Skip to main content

What disability do you see most often in your classes or programs?

Dear Disability in Adult Education CoP,

In an effort to understand the population of students with disabilities that you work with, or would like to learn how to work with better, I am asking you to respond to this simple poll.  Please select the one disability category that best represents the students you have in your classes, or programs.  If you do not have students with disabilities, or are unaware of their documentation, please respond by selecting the category which you are most interested in learning how to serve in your program.

Thanks,                                                                                                                                                                                                                            Mike

michaelcruse74@gmail.com

For more information on these categories, you can go online to: http://web.jhu.edu/disabilities/faculty/types_of_disabilities/

Attention-Deficit/Hyperactivity Disorders

Blindness or Low Vision

Brain Injuries

Deaf/Hard-of-Hearing

Learning Disabilities

Medical Disabilities

Physical Disabilities

Psychiatric Disabilities

Speech and Language Disabilities

Physical Disabilities
0% (0 votes)
Psychiatric Disabilities
14% (1 vote)
Deaf/Hard-of-Hearing
0% (0 votes)
Medical Disabilities
0% (0 votes)
Learning Disabilities
71% (5 votes)
Brain Injuries
0% (0 votes)
Speech and Language Disabilities
0% (0 votes)
Attention-Deficit/Hyperactivity Disorders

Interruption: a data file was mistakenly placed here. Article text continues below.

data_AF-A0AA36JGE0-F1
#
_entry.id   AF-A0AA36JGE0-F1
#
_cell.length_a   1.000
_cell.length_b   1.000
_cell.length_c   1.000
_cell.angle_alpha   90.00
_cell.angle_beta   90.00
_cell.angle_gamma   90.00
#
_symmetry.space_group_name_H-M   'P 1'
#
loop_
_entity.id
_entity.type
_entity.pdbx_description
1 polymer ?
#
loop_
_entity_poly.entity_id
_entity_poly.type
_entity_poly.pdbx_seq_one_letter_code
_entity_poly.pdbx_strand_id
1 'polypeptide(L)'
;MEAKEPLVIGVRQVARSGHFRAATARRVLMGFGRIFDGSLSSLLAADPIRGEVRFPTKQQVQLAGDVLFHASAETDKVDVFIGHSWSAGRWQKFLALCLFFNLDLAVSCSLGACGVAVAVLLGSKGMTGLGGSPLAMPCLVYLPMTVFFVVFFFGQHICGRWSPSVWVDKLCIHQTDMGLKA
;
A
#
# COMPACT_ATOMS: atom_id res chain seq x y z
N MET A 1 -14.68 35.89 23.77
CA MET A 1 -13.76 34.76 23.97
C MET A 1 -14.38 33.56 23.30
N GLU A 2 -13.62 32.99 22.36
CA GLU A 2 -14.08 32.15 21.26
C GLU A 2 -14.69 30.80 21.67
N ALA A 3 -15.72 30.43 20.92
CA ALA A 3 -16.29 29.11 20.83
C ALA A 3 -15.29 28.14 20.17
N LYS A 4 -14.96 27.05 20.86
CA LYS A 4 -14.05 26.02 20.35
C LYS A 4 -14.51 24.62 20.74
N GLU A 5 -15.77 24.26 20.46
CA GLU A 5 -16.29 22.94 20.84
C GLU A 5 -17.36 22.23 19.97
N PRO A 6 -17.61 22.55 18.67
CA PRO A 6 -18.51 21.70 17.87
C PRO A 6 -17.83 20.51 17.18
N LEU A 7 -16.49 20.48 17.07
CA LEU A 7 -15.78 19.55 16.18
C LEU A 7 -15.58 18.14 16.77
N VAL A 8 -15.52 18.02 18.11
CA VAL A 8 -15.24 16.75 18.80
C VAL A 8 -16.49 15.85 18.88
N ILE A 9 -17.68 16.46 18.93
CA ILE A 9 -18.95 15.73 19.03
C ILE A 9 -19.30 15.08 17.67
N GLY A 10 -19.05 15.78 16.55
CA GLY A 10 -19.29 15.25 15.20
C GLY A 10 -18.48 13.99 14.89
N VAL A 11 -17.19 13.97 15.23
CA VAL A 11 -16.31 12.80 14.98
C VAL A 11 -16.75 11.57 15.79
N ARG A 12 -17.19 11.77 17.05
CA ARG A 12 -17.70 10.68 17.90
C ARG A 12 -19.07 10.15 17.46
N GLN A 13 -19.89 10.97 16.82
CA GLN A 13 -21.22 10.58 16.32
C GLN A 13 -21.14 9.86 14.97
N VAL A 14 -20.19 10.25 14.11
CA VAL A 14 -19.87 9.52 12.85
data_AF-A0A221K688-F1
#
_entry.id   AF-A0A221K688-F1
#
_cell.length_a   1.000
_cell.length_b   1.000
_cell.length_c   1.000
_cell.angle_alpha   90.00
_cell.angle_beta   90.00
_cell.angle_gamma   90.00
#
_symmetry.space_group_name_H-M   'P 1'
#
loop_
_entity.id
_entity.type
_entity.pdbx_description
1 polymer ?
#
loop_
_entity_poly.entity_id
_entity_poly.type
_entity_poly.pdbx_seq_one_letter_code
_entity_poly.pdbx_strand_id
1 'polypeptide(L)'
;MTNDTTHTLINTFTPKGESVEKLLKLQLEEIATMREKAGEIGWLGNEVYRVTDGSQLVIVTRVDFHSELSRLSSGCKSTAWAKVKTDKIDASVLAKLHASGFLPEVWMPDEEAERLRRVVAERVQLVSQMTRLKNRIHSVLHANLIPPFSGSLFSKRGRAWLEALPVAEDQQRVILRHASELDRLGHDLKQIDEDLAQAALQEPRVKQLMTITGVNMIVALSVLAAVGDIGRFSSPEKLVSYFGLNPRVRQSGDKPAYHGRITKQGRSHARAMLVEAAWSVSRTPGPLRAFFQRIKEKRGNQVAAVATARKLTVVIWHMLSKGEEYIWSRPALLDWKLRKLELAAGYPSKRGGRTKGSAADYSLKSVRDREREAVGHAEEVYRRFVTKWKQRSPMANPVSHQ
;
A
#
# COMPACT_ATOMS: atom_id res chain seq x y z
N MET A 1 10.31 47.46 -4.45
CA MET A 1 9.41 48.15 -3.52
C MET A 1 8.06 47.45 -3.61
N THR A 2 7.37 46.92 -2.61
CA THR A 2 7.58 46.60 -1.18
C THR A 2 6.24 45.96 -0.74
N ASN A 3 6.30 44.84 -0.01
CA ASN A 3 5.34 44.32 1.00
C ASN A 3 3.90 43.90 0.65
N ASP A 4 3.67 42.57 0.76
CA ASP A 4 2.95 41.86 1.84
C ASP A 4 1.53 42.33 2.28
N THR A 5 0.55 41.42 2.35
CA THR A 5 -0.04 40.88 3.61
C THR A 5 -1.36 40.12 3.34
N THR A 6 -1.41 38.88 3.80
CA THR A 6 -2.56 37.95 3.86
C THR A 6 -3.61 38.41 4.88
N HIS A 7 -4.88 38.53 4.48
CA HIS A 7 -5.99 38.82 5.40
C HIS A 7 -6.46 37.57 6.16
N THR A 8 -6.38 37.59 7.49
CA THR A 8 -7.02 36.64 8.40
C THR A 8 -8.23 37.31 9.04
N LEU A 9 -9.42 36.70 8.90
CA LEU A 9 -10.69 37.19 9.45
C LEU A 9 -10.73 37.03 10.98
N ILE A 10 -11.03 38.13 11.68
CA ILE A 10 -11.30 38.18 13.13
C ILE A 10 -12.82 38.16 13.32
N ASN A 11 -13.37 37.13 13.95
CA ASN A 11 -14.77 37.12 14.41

14% (1 vote)
Blindness or Low Vision
0% (0 votes)
Total votes: 7

Comments

Crippenb's picture
I am and Adult Basic Education Instructor. Learning Disabilities, Brain Injuries, and Mental Health issues are a sort of three-way tie in my classes.  While some students may have been in Special Ed. classes, there are no current assessments or documentation-just anecdotal observations or sometimes students will reveal a past accident or illness.  I would like to know more about getting students properly assessed and how to find them the services they need (when they are available).  Additionally, managing medication is a struggle for many students with mental illness; this, of course, is the individual's responsibility but it certainly affects their ability to learn and to have positive interactions in class. Beth Ann Crippen
Michael Cruse's picture

Hi, Beth Ann -

Thank you for taking the time to share more about your student population, and some of the challenges you're facing in helping connect students to assessment, documentation and services.  This is a challenge for many adults, that I hope we can address as a community.

One place to begin is with your state's Vocational Rehabilitation (VR) system.  A list of each state's VR system contacts is available here.  Unlike in K-12 special education, adults must apply for services with their state's VR system, and must have an interest in working in the future.  Once an individual is found eligible for services, they work with a VR counselor to develop an individual plan for employment - which often includes education and/or training in support of a person's employment goal.  Many VR systems also provide psychological testing to assist in identifying a person's need for specific supports and services through their system.

Another option worth investigating is nearby teaching hospitals and universities with graduate programs in psychology.  These programs may be able to provide low or no cost testing to identify a disability, through their graduate interns.  You want to make sure that any interns are supervised by licensed professionals, who are able to validate the testing for ethical and legal reasons.

What are some other thoughts that group members have around helping students with suspected disabilities find sources for formal identification?

Best,

Mike

michaelcruse74@gmail.com